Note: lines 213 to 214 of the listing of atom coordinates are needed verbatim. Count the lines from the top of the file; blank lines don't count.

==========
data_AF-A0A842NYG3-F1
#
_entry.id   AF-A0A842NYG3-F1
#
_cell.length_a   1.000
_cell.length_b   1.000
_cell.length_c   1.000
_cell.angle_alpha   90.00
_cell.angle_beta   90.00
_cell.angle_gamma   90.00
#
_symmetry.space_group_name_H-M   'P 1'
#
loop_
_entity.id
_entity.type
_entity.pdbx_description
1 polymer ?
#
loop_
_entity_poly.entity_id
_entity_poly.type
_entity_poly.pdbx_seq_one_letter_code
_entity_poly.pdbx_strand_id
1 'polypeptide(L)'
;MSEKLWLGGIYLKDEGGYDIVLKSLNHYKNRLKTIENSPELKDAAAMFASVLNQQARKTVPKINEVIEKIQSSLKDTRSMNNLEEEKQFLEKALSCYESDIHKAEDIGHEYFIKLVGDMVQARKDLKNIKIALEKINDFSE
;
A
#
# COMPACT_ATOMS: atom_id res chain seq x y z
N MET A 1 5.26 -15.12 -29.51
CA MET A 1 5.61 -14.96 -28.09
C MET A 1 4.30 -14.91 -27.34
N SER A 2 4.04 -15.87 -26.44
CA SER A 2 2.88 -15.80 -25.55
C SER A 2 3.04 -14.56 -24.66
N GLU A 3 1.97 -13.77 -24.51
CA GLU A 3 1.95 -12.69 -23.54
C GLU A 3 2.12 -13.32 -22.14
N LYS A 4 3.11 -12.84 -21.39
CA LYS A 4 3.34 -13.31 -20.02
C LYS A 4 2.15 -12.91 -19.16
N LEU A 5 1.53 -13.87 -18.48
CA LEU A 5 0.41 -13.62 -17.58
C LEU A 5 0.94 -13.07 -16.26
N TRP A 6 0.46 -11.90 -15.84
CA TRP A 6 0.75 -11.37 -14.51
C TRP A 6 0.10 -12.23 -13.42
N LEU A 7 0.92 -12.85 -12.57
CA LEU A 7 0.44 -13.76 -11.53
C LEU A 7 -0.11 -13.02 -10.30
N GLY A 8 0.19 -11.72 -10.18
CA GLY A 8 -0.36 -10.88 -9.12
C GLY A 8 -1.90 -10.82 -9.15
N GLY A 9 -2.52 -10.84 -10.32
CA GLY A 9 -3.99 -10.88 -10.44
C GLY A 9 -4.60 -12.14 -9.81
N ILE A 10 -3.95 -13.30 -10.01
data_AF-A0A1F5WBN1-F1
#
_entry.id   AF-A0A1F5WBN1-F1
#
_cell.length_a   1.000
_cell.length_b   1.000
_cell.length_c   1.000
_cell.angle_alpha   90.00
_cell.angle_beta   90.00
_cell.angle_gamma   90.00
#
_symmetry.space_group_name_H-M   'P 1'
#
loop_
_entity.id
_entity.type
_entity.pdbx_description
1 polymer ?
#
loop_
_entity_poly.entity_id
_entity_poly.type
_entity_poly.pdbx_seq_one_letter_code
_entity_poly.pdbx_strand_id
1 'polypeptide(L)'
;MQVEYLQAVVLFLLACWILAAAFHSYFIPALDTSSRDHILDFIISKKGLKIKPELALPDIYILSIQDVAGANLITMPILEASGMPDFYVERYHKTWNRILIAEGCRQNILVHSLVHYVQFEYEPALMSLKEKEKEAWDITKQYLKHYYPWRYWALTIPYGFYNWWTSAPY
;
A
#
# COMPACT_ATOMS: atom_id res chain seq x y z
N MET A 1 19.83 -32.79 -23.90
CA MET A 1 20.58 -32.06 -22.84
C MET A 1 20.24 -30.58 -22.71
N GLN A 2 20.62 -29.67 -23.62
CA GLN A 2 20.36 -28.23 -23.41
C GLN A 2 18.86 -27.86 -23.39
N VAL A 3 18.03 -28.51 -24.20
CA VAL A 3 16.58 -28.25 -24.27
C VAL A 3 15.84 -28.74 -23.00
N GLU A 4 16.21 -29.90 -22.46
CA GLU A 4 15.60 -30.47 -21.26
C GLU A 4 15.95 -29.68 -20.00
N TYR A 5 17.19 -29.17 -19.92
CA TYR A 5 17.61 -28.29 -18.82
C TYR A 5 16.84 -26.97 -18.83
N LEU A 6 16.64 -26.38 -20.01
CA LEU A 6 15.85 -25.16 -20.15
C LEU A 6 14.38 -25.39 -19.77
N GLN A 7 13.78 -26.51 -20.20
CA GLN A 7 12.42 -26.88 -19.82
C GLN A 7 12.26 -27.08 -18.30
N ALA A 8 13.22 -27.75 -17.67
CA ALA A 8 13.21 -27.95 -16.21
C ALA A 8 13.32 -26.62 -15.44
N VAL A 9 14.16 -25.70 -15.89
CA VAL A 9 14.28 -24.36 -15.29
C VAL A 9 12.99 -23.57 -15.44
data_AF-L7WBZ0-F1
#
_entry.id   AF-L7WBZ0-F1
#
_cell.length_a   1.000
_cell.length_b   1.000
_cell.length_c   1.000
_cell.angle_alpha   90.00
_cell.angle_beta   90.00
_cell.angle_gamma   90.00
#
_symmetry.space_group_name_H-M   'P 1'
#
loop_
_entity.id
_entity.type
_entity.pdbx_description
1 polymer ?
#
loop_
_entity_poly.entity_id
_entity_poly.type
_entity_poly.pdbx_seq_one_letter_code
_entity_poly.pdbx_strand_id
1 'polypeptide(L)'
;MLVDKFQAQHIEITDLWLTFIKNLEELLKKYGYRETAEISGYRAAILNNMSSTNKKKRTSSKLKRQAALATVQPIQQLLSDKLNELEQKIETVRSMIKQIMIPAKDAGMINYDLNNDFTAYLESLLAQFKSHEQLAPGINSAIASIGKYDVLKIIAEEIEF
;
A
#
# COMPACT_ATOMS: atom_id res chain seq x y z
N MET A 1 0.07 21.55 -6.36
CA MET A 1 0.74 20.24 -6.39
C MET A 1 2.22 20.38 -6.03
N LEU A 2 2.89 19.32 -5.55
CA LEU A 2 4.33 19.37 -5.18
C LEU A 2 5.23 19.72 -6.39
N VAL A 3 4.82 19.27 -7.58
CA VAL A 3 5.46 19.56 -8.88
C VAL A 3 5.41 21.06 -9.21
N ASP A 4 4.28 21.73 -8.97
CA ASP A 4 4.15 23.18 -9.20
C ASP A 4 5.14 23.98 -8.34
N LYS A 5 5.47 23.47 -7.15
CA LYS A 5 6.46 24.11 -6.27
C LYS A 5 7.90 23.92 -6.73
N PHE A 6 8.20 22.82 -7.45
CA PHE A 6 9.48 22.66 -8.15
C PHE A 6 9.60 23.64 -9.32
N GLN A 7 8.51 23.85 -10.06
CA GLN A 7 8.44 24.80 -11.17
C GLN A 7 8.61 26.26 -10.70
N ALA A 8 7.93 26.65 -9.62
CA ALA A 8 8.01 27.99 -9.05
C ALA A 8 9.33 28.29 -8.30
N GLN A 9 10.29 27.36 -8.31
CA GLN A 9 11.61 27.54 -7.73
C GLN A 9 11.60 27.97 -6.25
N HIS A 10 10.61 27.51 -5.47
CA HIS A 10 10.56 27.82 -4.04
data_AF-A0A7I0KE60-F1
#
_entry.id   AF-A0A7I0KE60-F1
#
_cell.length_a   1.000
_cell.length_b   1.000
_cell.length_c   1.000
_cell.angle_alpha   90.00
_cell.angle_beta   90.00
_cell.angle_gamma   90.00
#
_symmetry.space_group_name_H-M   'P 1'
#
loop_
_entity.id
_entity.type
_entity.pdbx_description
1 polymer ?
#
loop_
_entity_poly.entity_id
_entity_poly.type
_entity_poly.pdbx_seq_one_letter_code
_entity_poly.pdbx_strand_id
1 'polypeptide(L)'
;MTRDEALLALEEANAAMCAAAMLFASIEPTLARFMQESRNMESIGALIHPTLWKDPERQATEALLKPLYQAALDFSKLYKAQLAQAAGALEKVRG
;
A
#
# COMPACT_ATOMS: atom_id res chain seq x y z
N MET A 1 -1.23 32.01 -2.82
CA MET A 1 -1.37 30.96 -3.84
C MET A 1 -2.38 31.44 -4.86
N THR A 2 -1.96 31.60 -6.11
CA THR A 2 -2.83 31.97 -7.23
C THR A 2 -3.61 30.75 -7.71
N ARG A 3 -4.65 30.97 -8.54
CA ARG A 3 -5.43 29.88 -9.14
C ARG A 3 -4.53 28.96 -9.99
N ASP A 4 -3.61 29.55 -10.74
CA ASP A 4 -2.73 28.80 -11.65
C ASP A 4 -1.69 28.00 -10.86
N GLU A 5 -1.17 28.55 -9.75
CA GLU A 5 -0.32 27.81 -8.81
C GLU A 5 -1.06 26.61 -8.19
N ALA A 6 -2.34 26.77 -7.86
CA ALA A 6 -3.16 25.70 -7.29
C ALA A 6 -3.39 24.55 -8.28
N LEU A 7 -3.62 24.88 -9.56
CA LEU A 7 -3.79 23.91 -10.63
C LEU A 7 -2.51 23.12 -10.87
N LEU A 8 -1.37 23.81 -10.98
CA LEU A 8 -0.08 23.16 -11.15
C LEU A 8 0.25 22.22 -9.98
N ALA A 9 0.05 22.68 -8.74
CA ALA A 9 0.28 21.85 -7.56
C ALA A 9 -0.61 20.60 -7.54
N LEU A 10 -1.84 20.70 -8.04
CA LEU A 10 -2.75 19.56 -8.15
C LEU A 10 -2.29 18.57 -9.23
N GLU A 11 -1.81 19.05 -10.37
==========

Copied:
C ARG A 3 -4.53 28.96 -9.99
N ASP A 4 -3.61 29.55 -10.74